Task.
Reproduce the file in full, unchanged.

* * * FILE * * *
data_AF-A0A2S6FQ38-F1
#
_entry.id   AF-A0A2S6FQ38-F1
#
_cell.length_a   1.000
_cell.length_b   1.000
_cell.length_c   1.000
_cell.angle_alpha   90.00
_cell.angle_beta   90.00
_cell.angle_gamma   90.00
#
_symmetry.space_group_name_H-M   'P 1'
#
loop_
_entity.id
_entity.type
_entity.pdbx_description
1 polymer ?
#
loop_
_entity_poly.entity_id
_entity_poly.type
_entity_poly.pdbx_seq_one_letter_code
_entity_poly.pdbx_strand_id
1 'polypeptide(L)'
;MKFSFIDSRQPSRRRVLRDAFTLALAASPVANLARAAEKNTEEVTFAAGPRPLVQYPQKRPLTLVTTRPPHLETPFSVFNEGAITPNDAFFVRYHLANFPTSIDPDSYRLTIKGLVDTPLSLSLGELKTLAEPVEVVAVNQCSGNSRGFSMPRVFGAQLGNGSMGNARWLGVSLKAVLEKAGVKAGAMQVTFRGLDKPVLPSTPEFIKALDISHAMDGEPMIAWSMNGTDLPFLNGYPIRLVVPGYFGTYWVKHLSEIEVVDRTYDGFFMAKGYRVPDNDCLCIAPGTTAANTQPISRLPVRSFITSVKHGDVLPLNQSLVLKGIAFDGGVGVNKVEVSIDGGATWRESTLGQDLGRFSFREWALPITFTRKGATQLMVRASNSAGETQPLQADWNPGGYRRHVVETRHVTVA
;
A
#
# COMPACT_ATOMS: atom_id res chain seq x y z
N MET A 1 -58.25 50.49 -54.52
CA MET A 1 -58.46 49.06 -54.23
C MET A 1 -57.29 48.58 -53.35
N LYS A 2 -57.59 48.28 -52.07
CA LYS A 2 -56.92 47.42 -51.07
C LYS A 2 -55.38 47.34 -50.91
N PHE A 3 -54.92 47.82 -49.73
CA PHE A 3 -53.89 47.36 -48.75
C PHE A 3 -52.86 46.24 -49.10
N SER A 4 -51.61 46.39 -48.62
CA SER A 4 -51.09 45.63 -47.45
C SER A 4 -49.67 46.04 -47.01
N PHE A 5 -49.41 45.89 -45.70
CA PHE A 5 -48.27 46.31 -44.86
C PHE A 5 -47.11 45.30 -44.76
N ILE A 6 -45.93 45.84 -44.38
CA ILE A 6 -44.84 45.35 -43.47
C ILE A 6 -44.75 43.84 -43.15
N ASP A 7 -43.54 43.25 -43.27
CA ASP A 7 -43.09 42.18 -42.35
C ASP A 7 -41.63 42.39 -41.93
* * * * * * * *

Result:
data_AF-A0A2S6FQ38-F1
#
_entry.id   AF-A0A2S6FQ38-F1
#
_cell.length_a   1.000
_cell.length_b   1.000
_cell.length_c   1.000
_cell.angle_alpha   90.00
_cell.angle_beta   90.00
_cell.angle_gamma   90.00
#
_symmetry.space_group_name_H-M   'P 1'
#
loop_
_entity.id
_entity.type
_entity.pdbx_description
1 polymer ?
#
loop_
_entity_poly.entity_id
_entity_poly.type
_entity_poly.pdbx_seq_one_letter_code
_entity_poly.pdbx_strand_id
1 'polypeptide(L)'
;MKFSFIDSRQPSRRRVLRDAFTLALAASPVANLARAAEKNTEEVTFAAGPRPLVQYPQKRPLTLVTTRPPHLETPFSVFNEGAITPNDAFFVRYHLANFPTSIDPDSYRLTIKGLVDTPLSLSLGELKTLAEPVEVVAVNQCSGNSRGFSMPRVFGAQLGNGSMGNARWLGVSLKAVLEKAGVKAGAMQVTFRGLDKPVLPSTPEFIKALDISHAMDGEPMIAWSMNGTDLPFLNGYPIRLVVPGYFGTYWVKHLSEIEVVDRTYDGFFMAKGYRVPDNDCLCIAPGTTAANTQPISRLPVRSFITSVKHGDVLPLNQSLVLKGIAFDGGVGVNKVEVSIDGGATWRESTLGQDLGRFSFREWALPITFTRKGATQLMVRASNSAGETQPLQADWNPGGYRRHVVETRHVTVA
;
A
#
# COMPACT_ATOMS: atom_id res chain seq x y z
N MET A 1 -58.25 50.49 -54.52
CA MET A 1 -58.46 49.06 -54.23
C MET A 1 -57.29 48.58 -53.35
N LYS A 2 -57.59 48.28 -52.07
CA LYS A 2 -56.92 47.42 -51.07
C LYS A 2 -55.38 47.34 -50.91
N PHE A 3 -54.92 47.82 -49.73
CA PHE A 3 -53.89 47.36 -48.75
C PHE A 3 -52.86 46.24 -49.10
N SER A 4 -51.61 46.39 -48.62
CA SER A 4 -51.09 45.63 -47.45
C SER A 4 -49.67 46.04 -47.01
N PHE A 5 -49.41 45.89 -45.70
CA PHE A 5 -48.27 46.31 -44.86
C PHE A 5 -47.11 45.30 -44.76
N ILE A 6 -45.93 45.84 -44.38
CA ILE A 6 -44.84 45.35 -43.47
C ILE A 6 -44.75 43.84 -43.15
N ASP A 7 -43.54 43.25 -43.27
CA ASP A 7 -43.09 42.18 -42.35
C ASP A 7 -41.63 42.39 -41.93